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For some theater lovers, an evening's entertainment entails a comfortable separation between audience and performer."Atlantis" has been devised by Lina Issa and Mayar Alexan, a pair of Syrian- and Dutch-trained performers, with Argentine composer-multi-instrumentalist Santiago Cordoba, who accompanies each performance live.This "act" of the play is sandwiched between two other pre-recorded monologues in which Cordoba's music and Issa and Alexan's, sometimes ritually inflected, movement are central features.Apparatus are distributed for individuals to listen to a recorded monologue in standard Arabic (English-language typescripts are available). The conceit of the play's first, highly poetic mode is that the sea is sentient, with a memory of the human beings that have physically interacted with her.Having heard the sea's perspective, the performance begins in earnest, with a panicked-looking Alexan appearing on the balcony of the structure behind the, by now standing, audience.This choreography blends into an encounter between Alexan and Issa, whose movement suggests the sea's embrace of a drowning man.The audience are encouraged to use the tubes as seating, staring seaward as Issa and Alexan – now draped in blankets like freshly landed refugees, their faces lit by a lone lamp – take turns recounting the (colloquial Arabic) monologues of migrants who have survived a life-raft Mediterranean crossing.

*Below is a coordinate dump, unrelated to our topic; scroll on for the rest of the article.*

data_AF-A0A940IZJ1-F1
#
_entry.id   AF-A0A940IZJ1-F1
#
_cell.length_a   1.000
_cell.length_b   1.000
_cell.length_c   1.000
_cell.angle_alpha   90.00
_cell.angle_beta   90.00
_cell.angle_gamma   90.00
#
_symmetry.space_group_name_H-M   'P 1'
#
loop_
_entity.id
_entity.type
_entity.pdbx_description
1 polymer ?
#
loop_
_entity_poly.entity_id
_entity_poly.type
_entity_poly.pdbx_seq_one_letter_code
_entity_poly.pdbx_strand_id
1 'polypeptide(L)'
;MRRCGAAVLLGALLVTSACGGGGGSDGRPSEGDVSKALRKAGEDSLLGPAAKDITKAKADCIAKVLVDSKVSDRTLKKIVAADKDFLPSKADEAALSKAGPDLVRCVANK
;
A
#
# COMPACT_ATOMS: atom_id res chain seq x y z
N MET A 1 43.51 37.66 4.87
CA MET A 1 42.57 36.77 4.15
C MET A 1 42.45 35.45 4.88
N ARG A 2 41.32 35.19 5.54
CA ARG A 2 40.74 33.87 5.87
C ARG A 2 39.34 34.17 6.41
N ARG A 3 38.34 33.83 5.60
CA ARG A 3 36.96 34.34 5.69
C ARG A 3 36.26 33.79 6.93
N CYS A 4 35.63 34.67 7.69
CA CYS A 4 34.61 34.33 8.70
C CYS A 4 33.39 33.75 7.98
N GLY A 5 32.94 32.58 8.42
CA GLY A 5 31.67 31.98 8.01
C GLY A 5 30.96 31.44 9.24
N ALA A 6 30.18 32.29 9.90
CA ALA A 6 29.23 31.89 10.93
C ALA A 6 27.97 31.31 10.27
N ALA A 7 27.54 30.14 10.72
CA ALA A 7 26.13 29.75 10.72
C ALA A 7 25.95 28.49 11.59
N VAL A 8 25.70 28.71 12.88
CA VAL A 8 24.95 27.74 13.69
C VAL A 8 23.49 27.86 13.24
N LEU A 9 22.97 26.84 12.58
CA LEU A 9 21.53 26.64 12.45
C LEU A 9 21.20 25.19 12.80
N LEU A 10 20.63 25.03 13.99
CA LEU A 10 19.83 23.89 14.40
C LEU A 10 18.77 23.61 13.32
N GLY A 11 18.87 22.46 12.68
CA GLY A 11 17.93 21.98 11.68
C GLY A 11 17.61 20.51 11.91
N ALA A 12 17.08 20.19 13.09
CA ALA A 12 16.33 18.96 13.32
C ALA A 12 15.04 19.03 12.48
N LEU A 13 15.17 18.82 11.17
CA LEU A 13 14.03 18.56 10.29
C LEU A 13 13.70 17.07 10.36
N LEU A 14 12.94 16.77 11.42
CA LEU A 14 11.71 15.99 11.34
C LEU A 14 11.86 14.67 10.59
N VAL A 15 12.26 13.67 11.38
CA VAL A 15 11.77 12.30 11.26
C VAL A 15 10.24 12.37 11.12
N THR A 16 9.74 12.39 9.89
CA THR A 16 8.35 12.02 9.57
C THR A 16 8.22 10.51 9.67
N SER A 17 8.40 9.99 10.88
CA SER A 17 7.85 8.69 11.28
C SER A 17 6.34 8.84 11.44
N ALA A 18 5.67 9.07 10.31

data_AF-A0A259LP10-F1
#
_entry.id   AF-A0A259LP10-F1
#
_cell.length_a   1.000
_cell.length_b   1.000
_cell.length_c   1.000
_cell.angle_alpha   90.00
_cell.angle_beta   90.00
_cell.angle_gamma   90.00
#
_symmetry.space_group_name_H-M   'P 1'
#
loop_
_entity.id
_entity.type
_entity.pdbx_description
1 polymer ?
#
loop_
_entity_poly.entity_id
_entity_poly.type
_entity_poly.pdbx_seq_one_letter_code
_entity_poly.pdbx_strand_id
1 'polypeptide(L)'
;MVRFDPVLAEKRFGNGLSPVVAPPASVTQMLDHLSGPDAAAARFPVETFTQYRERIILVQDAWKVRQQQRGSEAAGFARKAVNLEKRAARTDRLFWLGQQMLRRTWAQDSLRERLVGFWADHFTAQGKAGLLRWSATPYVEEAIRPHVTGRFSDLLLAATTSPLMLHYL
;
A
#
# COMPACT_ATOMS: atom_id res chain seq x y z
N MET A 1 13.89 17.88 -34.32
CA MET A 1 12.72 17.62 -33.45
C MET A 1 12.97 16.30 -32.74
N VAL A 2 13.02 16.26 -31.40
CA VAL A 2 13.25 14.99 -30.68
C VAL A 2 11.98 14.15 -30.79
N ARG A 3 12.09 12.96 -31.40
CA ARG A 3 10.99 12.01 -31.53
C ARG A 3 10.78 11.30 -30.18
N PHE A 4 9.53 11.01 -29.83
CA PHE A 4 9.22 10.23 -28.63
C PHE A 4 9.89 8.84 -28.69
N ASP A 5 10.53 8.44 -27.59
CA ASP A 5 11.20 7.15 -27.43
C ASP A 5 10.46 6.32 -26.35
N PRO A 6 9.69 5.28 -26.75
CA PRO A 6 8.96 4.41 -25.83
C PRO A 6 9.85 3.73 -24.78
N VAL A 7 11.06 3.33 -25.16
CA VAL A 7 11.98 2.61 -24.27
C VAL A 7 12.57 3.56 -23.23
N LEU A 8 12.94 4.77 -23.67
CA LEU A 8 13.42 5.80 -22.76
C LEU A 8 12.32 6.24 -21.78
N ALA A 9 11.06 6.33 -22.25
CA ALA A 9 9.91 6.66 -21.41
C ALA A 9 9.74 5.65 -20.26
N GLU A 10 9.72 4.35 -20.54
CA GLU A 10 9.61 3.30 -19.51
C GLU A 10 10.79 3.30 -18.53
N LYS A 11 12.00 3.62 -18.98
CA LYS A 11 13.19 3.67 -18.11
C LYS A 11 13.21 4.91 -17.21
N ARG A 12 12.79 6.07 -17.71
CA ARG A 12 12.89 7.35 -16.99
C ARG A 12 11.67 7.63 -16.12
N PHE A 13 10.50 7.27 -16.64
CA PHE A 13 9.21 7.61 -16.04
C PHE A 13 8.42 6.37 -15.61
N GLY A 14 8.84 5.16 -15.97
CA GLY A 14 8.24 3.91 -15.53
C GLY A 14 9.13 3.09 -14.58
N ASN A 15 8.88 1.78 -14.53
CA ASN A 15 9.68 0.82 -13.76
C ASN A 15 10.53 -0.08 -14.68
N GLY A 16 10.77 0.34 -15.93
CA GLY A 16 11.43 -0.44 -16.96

A story of desire, memory and lies
Oum Kulthum, post-Arab Spring
Underground song, dance, revelry
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